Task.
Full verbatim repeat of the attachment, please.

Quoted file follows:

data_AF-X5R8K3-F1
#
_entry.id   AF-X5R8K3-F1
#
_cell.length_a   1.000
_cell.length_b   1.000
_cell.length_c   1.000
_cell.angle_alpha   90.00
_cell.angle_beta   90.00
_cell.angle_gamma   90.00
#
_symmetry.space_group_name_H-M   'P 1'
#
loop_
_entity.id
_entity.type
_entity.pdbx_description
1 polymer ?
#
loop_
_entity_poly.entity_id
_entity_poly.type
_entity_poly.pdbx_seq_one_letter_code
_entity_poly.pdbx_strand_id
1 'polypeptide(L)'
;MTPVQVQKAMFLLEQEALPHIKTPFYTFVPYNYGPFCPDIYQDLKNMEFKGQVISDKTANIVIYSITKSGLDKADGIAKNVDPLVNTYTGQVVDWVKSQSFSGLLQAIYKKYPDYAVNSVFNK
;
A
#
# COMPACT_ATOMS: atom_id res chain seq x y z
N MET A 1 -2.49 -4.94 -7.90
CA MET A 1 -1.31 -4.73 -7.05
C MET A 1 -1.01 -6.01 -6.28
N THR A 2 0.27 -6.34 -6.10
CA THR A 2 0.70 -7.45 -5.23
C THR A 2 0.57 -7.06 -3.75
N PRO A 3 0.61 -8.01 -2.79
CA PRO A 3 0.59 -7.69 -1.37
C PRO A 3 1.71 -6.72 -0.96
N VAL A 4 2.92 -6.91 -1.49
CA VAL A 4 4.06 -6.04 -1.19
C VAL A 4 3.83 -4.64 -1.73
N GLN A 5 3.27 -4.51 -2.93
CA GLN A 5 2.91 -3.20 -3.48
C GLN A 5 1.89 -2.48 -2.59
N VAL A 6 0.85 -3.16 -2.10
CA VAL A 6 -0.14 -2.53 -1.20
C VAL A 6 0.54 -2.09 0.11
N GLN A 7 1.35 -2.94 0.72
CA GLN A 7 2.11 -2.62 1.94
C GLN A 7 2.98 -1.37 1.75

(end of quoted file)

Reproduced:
data_AF-X5R8K3-F1
#
_entry.id   AF-X5R8K3-F1
#
_cell.length_a   1.000
_cell.length_b   1.000
_cell.length_c   1.000
_cell.angle_alpha   90.00
_cell.angle_beta   90.00
_cell.angle_gamma   90.00
#
_symmetry.space_group_name_H-M   'P 1'
#
loop_
_entity.id
_entity.type
_entity.pdbx_description
1 polymer ?
#
loop_
_entity_poly.entity_id
_entity_poly.type
_entity_poly.pdbx_seq_one_letter_code
_entity_poly.pdbx_strand_id
1 'polypeptide(L)'
;MTPVQVQKAMFLLEQEALPHIKTPFYTFVPYNYGPFCPDIYQDLKNMEFKGQVISDKTANIVIYSITKSGLDKADGIAKNVDPLVNTYTGQVVDWVKSQSFSGLLQAIYKKYPDYAVNSVFNK
;
A
#
# COMPACT_ATOMS: atom_id res chain seq x y z
N MET A 1 -2.49 -4.94 -7.90
CA MET A 1 -1.31 -4.73 -7.05
C MET A 1 -1.01 -6.01 -6.28
N THR A 2 0.27 -6.34 -6.10
CA THR A 2 0.70 -7.45 -5.23
C THR A 2 0.57 -7.06 -3.75
N PRO A 3 0.61 -8.01 -2.79
CA PRO A 3 0.59 -7.69 -1.37
C PRO A 3 1.71 -6.72 -0.96
N VAL A 4 2.92 -6.91 -1.49
CA VAL A 4 4.06 -6.04 -1.19
C VAL A 4 3.83 -4.64 -1.73
N GLN A 5 3.27 -4.51 -2.93
CA GLN A 5 2.91 -3.20 -3.48
C GLN A 5 1.89 -2.48 -2.59
N VAL A 6 0.85 -3.16 -2.10
CA VAL A 6 -0.14 -2.53 -1.20
C VAL A 6 0.54 -2.09 0.11
N GLN A 7 1.35 -2.94 0.72
CA GLN A 7 2.11 -2.62 1.94
C GLN A 7 2.98 -1.37 1.75